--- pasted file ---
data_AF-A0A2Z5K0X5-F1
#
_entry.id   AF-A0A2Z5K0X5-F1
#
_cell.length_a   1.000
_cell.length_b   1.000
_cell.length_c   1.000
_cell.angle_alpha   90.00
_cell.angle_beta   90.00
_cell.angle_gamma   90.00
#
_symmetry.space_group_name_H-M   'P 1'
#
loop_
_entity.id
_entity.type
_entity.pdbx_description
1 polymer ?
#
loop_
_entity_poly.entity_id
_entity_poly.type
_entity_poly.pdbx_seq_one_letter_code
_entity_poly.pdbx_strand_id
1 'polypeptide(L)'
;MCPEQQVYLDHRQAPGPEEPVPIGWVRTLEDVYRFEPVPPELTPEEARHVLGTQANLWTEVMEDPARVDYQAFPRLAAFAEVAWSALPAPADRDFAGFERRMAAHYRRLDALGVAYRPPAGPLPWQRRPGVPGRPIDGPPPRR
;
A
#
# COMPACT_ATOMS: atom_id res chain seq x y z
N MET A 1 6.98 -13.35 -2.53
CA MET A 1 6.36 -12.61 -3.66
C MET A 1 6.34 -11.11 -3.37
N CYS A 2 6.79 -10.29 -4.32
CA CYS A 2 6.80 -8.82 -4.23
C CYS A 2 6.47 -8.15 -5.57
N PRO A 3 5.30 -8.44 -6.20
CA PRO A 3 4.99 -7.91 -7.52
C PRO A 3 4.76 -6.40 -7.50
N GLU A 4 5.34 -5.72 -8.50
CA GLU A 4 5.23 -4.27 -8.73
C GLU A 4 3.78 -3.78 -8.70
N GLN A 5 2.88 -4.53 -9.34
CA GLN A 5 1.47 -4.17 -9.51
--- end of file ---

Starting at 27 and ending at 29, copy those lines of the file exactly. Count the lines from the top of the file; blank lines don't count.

;
A
#